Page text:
Cell phone buy-back program: Trade in old phones for new ones or cash

Tis the season for cell phone shopping. So what do you do with your old one when you purchase the new one?

Ask Jeremy Graber. His mission is turning electronic waste into cash, one old cell phone at a time.

He runs his Envirocellular business out of his basement, sorting through thousands of old phones from all over the United States, separating the reusable from the unusable.

"A box of old used cell phones may look like junk to some, but to me, all of these old phones are good and I may get a couple of hundred dollars out of that. Small amount to some, but a lot to me," Graber said.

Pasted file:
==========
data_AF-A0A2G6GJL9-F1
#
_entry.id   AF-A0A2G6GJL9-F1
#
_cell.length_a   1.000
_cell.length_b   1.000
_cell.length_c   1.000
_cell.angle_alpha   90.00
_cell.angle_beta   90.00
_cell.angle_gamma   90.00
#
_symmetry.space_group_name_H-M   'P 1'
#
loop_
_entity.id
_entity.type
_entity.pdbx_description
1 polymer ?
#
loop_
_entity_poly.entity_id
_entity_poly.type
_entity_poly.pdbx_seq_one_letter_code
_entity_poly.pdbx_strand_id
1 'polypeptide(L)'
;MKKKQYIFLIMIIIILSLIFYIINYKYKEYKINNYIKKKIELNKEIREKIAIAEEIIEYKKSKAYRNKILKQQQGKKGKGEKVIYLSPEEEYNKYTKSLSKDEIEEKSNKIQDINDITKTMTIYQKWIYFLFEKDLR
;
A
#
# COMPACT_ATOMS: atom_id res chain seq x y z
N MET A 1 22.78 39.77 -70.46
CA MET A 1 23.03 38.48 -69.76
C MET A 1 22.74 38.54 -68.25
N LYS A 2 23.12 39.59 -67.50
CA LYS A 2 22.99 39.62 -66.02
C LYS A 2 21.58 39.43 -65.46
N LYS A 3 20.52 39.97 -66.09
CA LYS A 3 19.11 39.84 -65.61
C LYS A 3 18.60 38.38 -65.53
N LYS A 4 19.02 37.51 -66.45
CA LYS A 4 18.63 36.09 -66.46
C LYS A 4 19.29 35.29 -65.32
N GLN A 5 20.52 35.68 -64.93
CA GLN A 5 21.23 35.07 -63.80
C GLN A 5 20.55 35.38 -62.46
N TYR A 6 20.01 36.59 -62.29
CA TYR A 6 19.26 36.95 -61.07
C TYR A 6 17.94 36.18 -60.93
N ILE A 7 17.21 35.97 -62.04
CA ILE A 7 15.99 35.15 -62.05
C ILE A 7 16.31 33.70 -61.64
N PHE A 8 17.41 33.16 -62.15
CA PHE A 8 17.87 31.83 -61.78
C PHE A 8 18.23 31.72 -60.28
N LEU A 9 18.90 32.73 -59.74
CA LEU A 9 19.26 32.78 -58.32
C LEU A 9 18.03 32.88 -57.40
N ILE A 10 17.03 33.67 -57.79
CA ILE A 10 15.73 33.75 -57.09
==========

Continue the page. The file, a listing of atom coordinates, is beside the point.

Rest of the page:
Studies show people replace their cell phones every two years or less. But most just throw old ones in a drawer, not realizing they still have any value.

When an organization collects phones, they get 30 percent of the funds from the sale of each good phone. Anything that is obsolete or broken, they receive a dollar for a pound.

Graber's one-man operation may be unique, but e-cycling options are increasing. The latest twist is the eco-ATM, which would be in place at dozens of malls nationwide.

The eco-ATM is expected to be Valley malls this summer.

Since these ATMs are not available yet, there are other ways to turn old phones in to cash:

- Buy-back programs such as Youchange , Recellular and BuyMyTonics pay cash for used devices and provide prepaid postage.

- Apple and Best Buy offer store credit for old phones.

- Target and Lowe's have in-store bins to recycle them, but they don't pay for broken phones.

- Charities, such as March of Dimes and Cell Phones for Soldiers, refurbish and sell old phones, then use the proceeds for good causes.

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